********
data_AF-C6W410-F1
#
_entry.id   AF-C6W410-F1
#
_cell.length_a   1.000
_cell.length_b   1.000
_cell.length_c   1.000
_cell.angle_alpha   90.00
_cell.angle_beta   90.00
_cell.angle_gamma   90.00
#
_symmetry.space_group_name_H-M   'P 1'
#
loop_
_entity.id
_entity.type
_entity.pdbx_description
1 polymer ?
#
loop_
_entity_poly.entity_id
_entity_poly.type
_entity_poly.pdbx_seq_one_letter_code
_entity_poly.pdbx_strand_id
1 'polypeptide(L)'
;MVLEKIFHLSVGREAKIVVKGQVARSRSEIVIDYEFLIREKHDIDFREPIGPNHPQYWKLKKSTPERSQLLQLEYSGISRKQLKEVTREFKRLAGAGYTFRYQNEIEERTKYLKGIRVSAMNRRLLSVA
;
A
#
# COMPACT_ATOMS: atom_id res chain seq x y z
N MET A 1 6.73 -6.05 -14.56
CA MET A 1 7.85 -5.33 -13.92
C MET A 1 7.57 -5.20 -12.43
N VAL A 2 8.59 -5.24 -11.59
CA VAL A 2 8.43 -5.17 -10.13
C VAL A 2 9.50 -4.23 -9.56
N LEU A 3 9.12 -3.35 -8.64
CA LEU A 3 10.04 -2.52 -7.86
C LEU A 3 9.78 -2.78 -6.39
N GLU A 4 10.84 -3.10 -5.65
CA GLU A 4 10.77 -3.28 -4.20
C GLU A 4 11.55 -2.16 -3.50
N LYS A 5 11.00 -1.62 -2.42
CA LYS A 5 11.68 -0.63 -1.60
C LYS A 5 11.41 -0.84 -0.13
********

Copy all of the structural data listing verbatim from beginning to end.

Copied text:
data_AF-C6W410-F1
#
_entry.id   AF-C6W410-F1
#
_cell.length_a   1.000
_cell.length_b   1.000
_cell.length_c   1.000
_cell.angle_alpha   90.00
_cell.angle_beta   90.00
_cell.angle_gamma   90.00
#
_symmetry.space_group_name_H-M   'P 1'
#
loop_
_entity.id
_entity.type
_entity.pdbx_description
1 polymer ?
#
loop_
_entity_poly.entity_id
_entity_poly.type
_entity_poly.pdbx_seq_one_letter_code
_entity_poly.pdbx_strand_id
1 'polypeptide(L)'
;MVLEKIFHLSVGREAKIVVKGQVARSRSEIVIDYEFLIREKHDIDFREPIGPNHPQYWKLKKSTPERSQLLQLEYSGISRKQLKEVTREFKRLAGAGYTFRYQNEIEERTKYLKGIRVSAMNRRLLSVA
;
A
#
# COMPACT_ATOMS: atom_id res chain seq x y z
N MET A 1 6.73 -6.05 -14.56
CA MET A 1 7.85 -5.33 -13.92
C MET A 1 7.57 -5.20 -12.43
N VAL A 2 8.59 -5.24 -11.59
CA VAL A 2 8.43 -5.17 -10.13
C VAL A 2 9.50 -4.23 -9.56
N LEU A 3 9.12 -3.35 -8.64
CA LEU A 3 10.04 -2.52 -7.86
C LEU A 3 9.78 -2.78 -6.39
N GLU A 4 10.84 -3.10 -5.65
CA GLU A 4 10.77 -3.28 -4.20
C GLU A 4 11.55 -2.16 -3.50
N LYS A 5 11.00 -1.62 -2.42
CA LYS A 5 11.68 -0.63 -1.60
C LYS A 5 11.41 -0.84 -0.13